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The PowerPoint Problem in the Military — and Science?

In reference to a recent New York Times piece — "We Have Met the Enemy and He is PowerPoint" — blogger Biochem Belle at There and (Hopefully) Back Again muses whether PowerPoint "interfere[s] with the discussion of science." Drawing from the Times article, the blogger asks readers whether slide presentations disrupt discussions by employing a strictly linear format. According to the Times, PowerPoint has largely become the source of several jokes within the various branches of the armed forces — General Stanley McChrystal, leader of American and NATO forces in Afghanistan "gets two PowerPoint briefings in Kabul per day, plus three more during the week," as reported by Elisabeth Bumiller. General James Mattis of the Marines said "PowerPoint makes us stupid," during a military conference this month, according to the Times; one third of his briefings are delivered by PowerPoint, he said. "Commanders say that behind all the PowerPoint jokes are serious concerns that the program stifles discussion, critical thinking and thoughtful decision-making," Bumiller writes. Biochem Belle is polling researchers on their thoughts of the "worst PowerPoint offenses," including options such as "entire paragraphs in 12 point font," "use of Comic Sans," and an "overwhelming amount of data crammed into a single slide." You can track the poll results here.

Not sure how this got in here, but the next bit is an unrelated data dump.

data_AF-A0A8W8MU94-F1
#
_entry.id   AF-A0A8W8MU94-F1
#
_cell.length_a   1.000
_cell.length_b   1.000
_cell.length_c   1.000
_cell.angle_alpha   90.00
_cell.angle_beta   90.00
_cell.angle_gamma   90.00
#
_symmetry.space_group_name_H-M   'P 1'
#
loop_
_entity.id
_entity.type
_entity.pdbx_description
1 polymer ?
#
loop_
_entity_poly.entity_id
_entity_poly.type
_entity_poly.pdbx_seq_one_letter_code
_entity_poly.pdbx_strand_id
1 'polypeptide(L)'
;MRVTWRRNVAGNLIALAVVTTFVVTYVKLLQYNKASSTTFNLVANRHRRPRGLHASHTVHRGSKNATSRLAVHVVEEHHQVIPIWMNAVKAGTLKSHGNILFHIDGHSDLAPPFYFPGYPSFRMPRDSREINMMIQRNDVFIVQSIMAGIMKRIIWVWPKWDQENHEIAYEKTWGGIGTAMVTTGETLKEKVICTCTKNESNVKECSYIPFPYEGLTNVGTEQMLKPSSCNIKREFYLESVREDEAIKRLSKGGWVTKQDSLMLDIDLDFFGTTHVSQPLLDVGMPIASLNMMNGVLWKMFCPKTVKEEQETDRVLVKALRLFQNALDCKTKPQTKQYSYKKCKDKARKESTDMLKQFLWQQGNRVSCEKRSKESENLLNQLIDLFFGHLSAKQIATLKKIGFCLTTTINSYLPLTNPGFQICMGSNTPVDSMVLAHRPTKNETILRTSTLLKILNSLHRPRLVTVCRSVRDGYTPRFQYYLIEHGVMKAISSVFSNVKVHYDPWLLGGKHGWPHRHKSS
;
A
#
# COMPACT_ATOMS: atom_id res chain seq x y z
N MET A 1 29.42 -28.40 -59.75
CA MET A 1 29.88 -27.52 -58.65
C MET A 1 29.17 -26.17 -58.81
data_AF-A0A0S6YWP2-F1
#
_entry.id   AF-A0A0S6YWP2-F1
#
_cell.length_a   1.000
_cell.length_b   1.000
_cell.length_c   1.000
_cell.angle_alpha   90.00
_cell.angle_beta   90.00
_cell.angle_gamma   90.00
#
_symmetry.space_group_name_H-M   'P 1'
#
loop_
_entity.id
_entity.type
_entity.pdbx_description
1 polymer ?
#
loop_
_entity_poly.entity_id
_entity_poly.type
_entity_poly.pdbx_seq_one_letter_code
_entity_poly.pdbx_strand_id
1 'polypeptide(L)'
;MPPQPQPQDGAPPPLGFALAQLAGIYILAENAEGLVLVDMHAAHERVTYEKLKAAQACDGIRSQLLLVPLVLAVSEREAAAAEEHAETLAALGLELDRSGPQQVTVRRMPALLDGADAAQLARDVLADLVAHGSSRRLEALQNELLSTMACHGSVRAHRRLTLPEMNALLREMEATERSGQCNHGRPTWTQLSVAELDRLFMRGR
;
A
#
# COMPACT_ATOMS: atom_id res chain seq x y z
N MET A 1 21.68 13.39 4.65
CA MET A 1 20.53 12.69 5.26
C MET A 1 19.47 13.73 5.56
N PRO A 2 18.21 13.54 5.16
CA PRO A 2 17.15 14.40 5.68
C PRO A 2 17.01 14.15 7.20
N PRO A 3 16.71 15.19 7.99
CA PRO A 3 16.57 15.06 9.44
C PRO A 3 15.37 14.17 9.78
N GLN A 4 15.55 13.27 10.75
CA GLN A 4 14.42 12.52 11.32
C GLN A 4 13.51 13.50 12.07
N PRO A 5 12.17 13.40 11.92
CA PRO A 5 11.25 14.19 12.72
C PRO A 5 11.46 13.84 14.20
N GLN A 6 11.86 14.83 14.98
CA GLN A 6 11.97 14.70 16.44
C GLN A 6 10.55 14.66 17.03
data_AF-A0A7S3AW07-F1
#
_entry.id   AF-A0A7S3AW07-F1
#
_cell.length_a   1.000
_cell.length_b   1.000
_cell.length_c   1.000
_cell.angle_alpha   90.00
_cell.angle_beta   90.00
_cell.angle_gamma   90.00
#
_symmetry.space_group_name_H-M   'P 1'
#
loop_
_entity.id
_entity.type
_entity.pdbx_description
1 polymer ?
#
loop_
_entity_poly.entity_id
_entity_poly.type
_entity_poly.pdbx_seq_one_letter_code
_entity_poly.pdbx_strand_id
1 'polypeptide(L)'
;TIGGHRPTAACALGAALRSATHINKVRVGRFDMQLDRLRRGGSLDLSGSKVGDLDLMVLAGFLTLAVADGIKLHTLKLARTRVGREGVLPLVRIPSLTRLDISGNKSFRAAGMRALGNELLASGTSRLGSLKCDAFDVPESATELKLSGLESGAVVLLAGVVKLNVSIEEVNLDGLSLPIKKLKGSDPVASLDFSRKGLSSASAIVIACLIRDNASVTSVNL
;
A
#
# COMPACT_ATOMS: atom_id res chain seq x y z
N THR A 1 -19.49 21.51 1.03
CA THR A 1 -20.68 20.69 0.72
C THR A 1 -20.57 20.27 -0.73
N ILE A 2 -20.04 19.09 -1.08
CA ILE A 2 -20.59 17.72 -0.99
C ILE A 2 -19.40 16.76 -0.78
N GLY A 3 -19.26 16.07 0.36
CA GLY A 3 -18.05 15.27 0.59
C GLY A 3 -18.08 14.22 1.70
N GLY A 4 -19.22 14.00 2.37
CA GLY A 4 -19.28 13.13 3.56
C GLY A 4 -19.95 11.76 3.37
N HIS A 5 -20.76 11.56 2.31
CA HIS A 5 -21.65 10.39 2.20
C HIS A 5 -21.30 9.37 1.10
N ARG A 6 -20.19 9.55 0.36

The Scan

Booster for At-Risk

The New York Times reports that the US Food and Drug Administration has authorized a third dose of the Pfizer-BioNTech SARS-CoV-2 vaccine for people 65 and older or at increased risk.

Preprints OK to Mention Again

Nature News reports the Australian Research Council has changed its new policy and now allows preprints to be cited in grant applications.

Hundreds of Millions More to Share

The US plans to purchase and donate 500 million additional SARS-CoV-2 vaccine doses, according to the Washington Post.

Nature Papers Examine Molecular Program Differences Influencing Neural Cells, Population History of Polynesia

In Nature this week: changes in molecular program during embryonic development leads to different neural cell types, and more.